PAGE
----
An Internally Displaced Person at Dalori camp in Maiduguri on Tuesday said he took to drugs to erase the memory of the slaughter of his father, mother and four sisters by Boko Haram insurgents.
Narrating his ordeal to the News Agency of Nigeria, 30 year-old Abubakar Mala, from Gamboru-Ngala, in Borno State, said his parents and sisters were brutally killed during an attack on their town.
Mala said the insurgents had stormed the town, forcing himself and other residents to take to their heels.
He said when he returned days later after the insurgents had left; he found the remains of his parents and sisters in bad shape.
“I was not a drug addict before; I had a flourishing business in Gamboru, where I made good money to cater for my parents.
“Unfortunately, everything was taken away from me, including all my family.
“What do you expect me to be doing; how do you think I can forget these memories? To me, life means nothing.
“I need to forget the memory of the sad event, and that is only possible through taking drugs.
“I love to be like this (drug addict) because it makes me forget all the madness,” said Mala.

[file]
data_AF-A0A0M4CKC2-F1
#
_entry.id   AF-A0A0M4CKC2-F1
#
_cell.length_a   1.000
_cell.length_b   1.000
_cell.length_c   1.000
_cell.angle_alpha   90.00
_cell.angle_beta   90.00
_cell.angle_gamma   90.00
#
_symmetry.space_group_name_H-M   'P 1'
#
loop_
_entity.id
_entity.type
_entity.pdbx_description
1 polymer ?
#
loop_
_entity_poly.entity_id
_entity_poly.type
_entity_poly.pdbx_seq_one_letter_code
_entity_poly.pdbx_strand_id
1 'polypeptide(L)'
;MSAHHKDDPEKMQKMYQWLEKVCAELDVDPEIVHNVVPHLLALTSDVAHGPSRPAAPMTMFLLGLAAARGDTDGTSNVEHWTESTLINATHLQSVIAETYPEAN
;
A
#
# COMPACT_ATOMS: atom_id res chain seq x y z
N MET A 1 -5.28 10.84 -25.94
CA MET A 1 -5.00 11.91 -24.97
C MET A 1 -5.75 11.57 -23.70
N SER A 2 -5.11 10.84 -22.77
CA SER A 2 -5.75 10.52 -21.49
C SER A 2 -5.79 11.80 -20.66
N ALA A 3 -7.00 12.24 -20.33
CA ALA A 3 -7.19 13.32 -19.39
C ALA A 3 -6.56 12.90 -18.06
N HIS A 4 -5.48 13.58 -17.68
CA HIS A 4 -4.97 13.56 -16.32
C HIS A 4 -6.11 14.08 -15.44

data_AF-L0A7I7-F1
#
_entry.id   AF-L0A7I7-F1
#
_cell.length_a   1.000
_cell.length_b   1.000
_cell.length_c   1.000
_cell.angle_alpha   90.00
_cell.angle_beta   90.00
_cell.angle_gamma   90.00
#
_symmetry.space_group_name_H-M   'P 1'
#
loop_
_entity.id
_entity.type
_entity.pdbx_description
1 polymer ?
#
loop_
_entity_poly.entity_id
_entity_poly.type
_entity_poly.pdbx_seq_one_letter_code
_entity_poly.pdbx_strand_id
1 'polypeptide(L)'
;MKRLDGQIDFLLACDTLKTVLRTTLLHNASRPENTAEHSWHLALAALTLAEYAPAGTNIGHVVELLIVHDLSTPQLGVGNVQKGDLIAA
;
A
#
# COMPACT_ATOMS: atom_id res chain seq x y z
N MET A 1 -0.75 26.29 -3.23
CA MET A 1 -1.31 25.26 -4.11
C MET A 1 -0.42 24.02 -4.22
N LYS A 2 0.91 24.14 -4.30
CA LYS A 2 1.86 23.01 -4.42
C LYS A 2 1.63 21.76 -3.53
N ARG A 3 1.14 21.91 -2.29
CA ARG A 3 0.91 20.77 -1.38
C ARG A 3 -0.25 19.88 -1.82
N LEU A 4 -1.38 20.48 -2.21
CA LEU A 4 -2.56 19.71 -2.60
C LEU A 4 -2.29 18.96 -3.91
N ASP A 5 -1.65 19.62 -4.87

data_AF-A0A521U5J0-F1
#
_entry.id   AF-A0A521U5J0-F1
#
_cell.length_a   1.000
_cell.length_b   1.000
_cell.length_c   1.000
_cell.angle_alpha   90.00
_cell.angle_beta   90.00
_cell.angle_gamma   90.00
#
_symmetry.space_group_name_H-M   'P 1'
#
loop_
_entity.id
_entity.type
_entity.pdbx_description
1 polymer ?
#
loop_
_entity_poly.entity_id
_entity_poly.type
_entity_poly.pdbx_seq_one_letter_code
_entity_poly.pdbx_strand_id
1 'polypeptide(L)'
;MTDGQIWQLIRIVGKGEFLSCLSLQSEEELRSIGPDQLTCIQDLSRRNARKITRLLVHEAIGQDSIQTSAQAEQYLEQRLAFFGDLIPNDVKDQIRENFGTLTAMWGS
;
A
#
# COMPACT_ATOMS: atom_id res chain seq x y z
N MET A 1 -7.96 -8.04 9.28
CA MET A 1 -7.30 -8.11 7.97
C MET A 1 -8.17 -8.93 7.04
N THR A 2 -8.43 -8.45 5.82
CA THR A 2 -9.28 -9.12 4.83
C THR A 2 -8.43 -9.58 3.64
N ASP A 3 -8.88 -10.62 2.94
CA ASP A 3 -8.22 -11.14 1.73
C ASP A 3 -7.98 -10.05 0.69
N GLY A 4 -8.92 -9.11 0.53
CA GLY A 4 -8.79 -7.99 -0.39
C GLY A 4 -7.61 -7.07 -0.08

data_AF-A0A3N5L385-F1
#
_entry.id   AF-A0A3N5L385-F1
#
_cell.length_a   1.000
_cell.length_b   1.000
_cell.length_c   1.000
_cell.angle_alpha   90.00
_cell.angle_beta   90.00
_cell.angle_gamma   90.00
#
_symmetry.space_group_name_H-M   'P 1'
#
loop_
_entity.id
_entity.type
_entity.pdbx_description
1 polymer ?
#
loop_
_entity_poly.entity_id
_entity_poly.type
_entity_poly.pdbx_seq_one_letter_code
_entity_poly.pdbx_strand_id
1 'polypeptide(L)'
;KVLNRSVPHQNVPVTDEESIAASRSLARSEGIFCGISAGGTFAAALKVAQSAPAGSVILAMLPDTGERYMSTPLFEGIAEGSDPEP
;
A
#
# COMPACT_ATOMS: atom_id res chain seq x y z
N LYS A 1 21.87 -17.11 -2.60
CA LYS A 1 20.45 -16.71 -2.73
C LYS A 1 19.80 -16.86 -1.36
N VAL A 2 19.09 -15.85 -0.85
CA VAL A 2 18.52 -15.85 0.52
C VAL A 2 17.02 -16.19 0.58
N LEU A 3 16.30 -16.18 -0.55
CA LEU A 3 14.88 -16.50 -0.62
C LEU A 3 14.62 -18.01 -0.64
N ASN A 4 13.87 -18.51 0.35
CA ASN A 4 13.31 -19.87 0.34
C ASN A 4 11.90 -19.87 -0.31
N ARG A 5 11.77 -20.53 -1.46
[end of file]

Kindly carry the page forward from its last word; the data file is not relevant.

Meanwhile, the Borno State Commandant of the National Drug Law Enforcement Agency, Mr. Ona Ogilegwu, on Tuesday warned that cases of drug addiction were on the increase in the state as a result of the insurgency.
He told NAN in Maiduguri that unless the ugly development was checked, there might be “a generation of drug addict after the Boko Haram insurgency.”
He lamented that the cases were more with internally displaced persons, especially those residing in camps.
Ogilegwu said that as part of efforts to tackle the menace, his command had begun aggressive enlightenment campaign in the state, with emphasis on the 28 IDP camps.
“We have made arrest of people in IDP camps for dealing in illicit substances, like cannabis sativa, diazepam, benelin with codeine and several other substances.
“Unless drastic measures are taken, there might be a generation of drug addicts after the Boko-Haram insurgency,” he warned
According to him, none of the 28 IDP camps in the state capital is free from the menace, adding that leaving the problem unchecked can spell doom for the society.
“We have continued to advise the state government to set up committee on drug abuse, comprising the NDLEA, military, SEMA, UNICEF, WHO, and Federal Neuro-Psychiatric, to handle this menace of drug activities in the camps.
“You will be shocked when you go to the Federal Neuro Pshychiatric Hospital, Maiduguri; there are thousands cases of mental disorder associated with drug abuse,” he said.
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